Earlier, at the high school, our team determined they must not be hallucinating since Malloy’s injuries from the bullies are real. However, if they were really on Xelaya, gravity would be a genuine issue. So, what’s happening?
Grayson, Keyali and Malloy row to the other side of the lake on a rudimentary boat while Mercer and Bortus wait on shore. Suddenly, a massive water beast snatches Grayson, dragging her toward the bottom of the lake. Keyali dives in and saves Grayson from becoming dinner.
Later, the trio reunites with Mercer and Bortus. Grayson notes that before losing consciousness, she also felt the same out-of-body experience as the others.
Then, our team takes the long way around to pinpoint the light source, stumbling upon a cave wherein a holographic power generator sits. It boasts a vast projection radius and an axionic shield to boot. Bortus neutralizes the shield, and Mercer shoots it up with his weapon. Boom!
Finally, our team sees they’re standing in a desert, not a dense forest. Mercer notifies LaMarr, and the group heads back to the ship.
Next, Dr. Finn patches them up while hypothesizing why the generator’s signature was so potent. Was it a hallucination if they could feel the effects?
Mercer and Grayson report to Admiral Halsey (Victor Garber), who orders them to rendezvous with a science vessel so they can transport the generator fragments to Earth for experimentation.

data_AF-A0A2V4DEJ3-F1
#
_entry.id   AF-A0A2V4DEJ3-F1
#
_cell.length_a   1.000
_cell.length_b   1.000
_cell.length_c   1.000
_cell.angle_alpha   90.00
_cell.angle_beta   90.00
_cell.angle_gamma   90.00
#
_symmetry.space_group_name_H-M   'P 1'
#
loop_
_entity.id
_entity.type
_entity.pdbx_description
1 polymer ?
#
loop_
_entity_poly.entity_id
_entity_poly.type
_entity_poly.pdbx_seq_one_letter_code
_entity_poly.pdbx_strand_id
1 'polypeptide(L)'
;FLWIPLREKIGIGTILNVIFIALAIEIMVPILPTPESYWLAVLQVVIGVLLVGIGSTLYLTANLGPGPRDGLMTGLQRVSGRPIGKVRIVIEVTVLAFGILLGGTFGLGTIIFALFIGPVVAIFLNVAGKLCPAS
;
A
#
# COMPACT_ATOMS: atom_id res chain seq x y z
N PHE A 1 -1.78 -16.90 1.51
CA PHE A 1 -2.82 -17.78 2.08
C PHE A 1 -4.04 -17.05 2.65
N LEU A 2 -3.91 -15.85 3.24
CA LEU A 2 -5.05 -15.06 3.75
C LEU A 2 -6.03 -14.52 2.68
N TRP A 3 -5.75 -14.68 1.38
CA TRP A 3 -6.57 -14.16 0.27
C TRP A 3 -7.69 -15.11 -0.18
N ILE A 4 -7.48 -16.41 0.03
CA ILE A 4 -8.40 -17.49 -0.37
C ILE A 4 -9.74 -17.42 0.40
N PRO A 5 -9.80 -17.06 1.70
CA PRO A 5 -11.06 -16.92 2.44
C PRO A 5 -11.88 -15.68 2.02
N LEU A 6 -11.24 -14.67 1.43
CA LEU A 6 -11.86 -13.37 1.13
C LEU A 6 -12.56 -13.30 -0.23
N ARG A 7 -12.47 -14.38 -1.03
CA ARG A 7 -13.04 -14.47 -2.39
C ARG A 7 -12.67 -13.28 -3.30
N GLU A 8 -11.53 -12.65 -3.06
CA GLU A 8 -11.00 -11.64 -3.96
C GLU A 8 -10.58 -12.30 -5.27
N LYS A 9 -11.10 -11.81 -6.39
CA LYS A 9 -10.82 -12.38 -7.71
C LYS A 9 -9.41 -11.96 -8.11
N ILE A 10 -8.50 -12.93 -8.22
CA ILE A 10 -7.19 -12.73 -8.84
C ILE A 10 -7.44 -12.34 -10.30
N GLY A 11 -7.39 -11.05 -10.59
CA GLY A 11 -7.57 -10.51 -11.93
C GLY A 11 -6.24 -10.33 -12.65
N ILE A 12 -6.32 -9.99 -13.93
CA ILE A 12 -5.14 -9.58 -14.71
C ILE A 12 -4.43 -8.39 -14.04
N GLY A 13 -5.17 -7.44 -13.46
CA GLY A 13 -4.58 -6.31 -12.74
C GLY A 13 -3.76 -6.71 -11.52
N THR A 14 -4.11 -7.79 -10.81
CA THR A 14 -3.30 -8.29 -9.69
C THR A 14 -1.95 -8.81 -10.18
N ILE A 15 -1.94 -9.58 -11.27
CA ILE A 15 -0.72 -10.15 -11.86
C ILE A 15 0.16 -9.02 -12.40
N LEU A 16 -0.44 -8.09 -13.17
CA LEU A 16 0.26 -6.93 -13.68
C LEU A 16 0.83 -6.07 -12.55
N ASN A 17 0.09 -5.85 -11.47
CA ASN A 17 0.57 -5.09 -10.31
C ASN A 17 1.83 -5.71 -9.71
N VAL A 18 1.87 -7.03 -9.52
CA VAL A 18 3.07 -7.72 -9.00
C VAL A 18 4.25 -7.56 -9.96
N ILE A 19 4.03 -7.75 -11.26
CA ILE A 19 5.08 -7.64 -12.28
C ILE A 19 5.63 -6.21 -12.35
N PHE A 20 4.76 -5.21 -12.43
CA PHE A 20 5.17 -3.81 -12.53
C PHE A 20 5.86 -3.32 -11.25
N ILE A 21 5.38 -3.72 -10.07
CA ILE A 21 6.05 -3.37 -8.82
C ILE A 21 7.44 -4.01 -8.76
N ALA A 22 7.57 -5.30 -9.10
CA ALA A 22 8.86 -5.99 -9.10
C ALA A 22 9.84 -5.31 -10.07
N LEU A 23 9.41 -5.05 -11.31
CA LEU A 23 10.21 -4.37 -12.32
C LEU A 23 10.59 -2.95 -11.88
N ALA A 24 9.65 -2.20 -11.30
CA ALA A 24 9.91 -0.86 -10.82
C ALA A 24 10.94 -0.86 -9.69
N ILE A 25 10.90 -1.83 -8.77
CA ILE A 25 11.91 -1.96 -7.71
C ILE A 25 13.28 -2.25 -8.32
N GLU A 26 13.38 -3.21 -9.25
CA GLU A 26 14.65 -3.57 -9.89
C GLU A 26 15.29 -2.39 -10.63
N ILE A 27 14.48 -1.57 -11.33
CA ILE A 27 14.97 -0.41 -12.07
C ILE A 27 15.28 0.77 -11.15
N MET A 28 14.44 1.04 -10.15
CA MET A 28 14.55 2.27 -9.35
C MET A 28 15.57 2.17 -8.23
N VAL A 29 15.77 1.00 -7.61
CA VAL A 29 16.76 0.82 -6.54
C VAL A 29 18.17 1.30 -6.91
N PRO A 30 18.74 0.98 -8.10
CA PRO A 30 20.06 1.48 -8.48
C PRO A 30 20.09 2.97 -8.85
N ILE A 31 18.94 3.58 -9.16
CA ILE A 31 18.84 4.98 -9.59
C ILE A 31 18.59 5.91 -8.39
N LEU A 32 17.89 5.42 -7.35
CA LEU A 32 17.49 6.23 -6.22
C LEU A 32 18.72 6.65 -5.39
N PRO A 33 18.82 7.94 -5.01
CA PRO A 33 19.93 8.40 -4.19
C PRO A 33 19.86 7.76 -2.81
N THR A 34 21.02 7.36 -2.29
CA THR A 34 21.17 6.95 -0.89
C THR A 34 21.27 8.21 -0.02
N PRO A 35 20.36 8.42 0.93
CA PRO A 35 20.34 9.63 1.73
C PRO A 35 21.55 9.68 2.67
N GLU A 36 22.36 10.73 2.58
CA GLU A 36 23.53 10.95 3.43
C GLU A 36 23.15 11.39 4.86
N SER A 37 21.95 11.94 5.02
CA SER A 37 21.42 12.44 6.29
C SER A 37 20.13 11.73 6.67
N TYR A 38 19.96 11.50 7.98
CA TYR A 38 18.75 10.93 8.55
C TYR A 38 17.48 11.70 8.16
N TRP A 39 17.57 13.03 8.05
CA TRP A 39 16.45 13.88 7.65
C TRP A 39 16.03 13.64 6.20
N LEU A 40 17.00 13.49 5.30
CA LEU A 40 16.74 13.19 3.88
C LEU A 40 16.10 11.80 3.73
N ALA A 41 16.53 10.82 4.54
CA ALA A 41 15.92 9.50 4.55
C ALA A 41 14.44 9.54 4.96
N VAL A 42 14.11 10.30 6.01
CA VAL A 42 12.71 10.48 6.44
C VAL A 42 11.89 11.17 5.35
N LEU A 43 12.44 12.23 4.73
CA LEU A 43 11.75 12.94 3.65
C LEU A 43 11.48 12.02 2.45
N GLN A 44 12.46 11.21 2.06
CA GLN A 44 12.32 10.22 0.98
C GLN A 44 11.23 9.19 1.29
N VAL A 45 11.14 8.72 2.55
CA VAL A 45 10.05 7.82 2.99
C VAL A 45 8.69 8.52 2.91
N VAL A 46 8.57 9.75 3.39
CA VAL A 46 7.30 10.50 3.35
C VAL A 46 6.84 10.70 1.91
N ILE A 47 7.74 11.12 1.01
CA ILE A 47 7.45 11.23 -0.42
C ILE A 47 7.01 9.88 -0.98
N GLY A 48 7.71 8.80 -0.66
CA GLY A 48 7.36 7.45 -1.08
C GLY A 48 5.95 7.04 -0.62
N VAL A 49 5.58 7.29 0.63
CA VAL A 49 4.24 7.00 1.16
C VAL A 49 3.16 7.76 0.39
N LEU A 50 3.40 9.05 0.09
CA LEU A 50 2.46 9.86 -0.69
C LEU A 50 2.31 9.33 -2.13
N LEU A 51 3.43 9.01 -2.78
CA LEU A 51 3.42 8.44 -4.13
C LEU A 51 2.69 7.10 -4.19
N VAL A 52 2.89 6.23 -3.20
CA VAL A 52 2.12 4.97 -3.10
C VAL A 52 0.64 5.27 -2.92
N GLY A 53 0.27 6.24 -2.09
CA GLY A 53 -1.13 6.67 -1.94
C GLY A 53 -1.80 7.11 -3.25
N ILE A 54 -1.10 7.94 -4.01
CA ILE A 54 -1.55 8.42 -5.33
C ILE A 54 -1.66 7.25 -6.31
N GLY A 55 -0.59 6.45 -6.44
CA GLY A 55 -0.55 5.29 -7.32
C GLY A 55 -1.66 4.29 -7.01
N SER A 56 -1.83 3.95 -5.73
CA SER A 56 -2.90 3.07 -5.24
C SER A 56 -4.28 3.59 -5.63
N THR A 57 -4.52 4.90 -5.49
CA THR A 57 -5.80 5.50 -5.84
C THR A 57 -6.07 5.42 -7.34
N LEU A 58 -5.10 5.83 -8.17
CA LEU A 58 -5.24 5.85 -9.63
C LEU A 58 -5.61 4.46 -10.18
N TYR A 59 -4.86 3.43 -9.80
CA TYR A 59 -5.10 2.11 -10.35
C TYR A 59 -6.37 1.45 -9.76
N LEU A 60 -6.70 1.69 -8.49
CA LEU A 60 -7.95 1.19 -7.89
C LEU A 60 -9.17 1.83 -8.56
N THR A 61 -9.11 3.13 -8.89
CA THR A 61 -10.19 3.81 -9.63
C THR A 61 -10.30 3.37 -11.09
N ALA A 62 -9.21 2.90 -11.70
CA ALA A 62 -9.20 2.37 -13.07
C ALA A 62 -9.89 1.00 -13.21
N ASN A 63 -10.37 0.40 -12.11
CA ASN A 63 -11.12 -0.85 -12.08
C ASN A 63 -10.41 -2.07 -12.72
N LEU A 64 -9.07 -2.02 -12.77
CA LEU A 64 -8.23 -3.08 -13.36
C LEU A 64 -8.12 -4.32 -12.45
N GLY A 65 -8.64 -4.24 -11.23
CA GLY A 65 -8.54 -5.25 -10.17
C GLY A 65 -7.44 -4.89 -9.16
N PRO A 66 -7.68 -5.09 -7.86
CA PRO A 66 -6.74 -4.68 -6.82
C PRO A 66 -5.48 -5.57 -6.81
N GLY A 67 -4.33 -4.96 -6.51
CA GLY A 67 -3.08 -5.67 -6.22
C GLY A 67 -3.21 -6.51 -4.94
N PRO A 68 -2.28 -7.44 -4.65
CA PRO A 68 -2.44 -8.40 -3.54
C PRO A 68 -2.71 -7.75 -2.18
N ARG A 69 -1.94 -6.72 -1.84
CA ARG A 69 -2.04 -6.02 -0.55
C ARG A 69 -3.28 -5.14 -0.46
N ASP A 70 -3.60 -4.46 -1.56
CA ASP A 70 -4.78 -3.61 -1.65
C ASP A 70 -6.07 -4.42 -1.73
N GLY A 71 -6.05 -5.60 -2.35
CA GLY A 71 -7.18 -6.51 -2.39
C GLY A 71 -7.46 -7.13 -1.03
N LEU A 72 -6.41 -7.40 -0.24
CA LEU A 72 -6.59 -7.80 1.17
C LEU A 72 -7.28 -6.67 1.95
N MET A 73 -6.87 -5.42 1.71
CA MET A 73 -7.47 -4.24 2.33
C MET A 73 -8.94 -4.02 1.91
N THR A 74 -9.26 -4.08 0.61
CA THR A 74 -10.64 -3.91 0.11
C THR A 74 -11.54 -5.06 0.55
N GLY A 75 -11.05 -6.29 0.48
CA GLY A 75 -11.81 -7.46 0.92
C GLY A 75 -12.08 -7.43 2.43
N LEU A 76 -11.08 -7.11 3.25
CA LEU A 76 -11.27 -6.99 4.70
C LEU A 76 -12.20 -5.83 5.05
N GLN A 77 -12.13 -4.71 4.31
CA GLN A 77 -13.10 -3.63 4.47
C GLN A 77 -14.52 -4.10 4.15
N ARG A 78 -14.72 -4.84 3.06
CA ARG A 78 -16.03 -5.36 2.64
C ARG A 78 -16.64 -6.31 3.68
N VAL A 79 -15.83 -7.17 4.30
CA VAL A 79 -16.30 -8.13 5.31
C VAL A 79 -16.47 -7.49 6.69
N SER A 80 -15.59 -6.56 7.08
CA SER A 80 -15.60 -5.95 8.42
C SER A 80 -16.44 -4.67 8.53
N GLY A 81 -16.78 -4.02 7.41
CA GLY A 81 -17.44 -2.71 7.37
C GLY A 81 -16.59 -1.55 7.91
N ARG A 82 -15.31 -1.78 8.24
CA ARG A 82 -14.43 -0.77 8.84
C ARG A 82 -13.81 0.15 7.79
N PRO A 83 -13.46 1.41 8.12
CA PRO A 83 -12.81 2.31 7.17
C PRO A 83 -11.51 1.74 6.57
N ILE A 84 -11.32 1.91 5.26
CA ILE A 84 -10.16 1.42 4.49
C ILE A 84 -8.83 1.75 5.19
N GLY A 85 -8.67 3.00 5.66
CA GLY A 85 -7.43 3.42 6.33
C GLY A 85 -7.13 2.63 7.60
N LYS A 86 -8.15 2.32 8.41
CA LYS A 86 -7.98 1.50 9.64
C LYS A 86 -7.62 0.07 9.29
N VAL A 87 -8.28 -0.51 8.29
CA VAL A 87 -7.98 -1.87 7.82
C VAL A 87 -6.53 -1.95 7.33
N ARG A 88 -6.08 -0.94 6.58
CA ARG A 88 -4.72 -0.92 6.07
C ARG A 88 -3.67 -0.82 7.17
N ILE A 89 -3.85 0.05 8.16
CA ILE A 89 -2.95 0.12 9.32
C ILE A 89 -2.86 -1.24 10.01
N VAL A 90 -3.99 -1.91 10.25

When the Union ships arrive, Isaac suspects something’s amiss. He notes they’re the Kaylon cloaking themselves as Earthers. Burke scoffs in disbelief that Isaac would suggest such a thing. Mercer orders the team to prepare their defenses, siding with Isaac. Sure enough, when The Orville speeds away, the ships tailing them transform into Kaylon vessels. A battle ensues, with The Orville bearing the brunt of the damage, notably to the ship’s quantum core.
Meanwhile, in a potentially different timeline, Keyali calls LaMarr from her shuttle. She’s back from Xelaya. LaMarr tells her that she traveled to Narran 1 with Mercer and the others. Uh oh. Something’s not right.